Reblog: What a Complacent Investor Looks Like
During three separate interviews this week I was asked if I was seeing any signs of complacency among investors, markets, or clients.
Here are some more examples of what I think a complacent investor looks like right now:
Other investors are screwed because of lower expected market returns but I’ll be fine.
Everyone else will panic during the next bear market and get crushed but not me.
There are no marginal sellers so the price of this asset will never go down.
It’s not the bull market that’s responsible for my gains; I’m a genius.
Markets are easy and so is making money.
Low volatility is here to stay.
I expect to see 10-15% returns every single year.
Why would I need to diversify when I’m making so much money on this one holding?
I’ve got it all figured out.
I’ll just never sell. Buy and hold is so easy.
I’ll be able to time the peak and get out before the next downturn hits.
I don’t need to rebalance my portfolio.
Why doesn’t everyone invest just like me?
That person has made a lot of money lately. I think I’ll just blindly follow them into their next trade.
The truth is there will always be risks and unknown events that catch investors off guard whether they’re being complacent or not. There are always investors who are positioned the wrong way because that’s what allows markets to function.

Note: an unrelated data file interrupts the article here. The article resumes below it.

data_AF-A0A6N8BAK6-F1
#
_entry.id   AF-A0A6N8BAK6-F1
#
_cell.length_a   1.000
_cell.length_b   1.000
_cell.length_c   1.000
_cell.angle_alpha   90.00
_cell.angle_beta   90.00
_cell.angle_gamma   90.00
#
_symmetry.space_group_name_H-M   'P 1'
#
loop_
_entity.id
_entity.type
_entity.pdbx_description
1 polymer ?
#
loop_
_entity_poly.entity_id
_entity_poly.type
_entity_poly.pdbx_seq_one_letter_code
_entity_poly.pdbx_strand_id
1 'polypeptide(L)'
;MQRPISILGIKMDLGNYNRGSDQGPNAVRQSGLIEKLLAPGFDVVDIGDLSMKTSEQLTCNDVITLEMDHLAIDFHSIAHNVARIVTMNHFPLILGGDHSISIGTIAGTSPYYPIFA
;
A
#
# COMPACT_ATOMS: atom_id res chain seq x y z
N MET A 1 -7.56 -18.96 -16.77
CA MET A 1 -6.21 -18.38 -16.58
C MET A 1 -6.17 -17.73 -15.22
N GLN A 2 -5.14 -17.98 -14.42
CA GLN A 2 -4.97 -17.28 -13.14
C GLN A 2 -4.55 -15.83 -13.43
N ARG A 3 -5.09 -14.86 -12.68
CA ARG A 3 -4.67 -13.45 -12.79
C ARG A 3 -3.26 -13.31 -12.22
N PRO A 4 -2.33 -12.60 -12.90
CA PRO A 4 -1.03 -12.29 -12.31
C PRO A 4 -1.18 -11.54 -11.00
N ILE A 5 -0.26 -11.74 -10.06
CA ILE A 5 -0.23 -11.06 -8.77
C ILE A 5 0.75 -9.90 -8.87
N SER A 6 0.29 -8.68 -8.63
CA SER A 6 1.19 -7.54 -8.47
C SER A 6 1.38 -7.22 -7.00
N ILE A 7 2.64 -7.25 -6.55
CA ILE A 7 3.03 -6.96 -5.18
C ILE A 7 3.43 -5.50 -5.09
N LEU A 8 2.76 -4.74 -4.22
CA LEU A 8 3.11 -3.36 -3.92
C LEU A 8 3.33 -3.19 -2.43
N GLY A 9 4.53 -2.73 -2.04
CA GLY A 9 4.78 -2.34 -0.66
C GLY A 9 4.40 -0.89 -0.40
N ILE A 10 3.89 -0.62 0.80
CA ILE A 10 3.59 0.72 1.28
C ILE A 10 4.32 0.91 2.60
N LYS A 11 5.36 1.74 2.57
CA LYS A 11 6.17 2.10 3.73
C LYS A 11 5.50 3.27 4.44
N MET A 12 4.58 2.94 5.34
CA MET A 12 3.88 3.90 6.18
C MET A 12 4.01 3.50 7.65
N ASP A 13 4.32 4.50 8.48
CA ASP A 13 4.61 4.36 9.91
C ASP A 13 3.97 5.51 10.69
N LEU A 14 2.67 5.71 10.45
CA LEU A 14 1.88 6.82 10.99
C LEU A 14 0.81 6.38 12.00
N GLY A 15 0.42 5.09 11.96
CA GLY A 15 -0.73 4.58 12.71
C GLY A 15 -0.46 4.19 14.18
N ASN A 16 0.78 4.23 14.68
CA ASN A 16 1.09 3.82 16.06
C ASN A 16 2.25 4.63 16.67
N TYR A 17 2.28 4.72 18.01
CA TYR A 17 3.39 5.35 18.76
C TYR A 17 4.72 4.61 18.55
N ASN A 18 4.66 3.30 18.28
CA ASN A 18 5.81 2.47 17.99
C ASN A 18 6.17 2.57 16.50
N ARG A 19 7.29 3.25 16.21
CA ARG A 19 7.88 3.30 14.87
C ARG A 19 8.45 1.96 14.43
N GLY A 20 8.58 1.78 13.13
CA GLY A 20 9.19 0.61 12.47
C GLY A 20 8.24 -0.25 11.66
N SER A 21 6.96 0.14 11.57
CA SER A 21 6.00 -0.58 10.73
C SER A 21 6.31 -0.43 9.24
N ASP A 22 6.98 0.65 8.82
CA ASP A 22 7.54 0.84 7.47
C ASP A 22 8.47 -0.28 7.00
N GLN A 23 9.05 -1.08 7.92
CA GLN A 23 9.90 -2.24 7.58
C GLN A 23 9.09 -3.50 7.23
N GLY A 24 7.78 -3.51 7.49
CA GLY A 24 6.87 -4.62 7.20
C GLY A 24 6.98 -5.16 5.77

Cash becomes an addiction to some during a bear market. Chasing yield is always a temptation during a low rate environment. Those trying to perfectly time tops and bottoms are almost always wrong. Sideways markets frustrate everyone.
During the next downturn, there are sure to be investors caught over their skis who have too much risk in their portfolios for their own good. I’m sure some of them will overcompensate and panic in the other direction.
I don’t know how many investors are complacent right now and I suppose it doesn’t matter for me personally. The best you can do as an investor is to create a portfolio that is durable enough to withstand most, but not all (that’s impossible), market risks.
From there, your best defense against complacency is a heavy dose of humility with a side of self-awareness.
The original article is written by Ben Carlson and can be accessed here.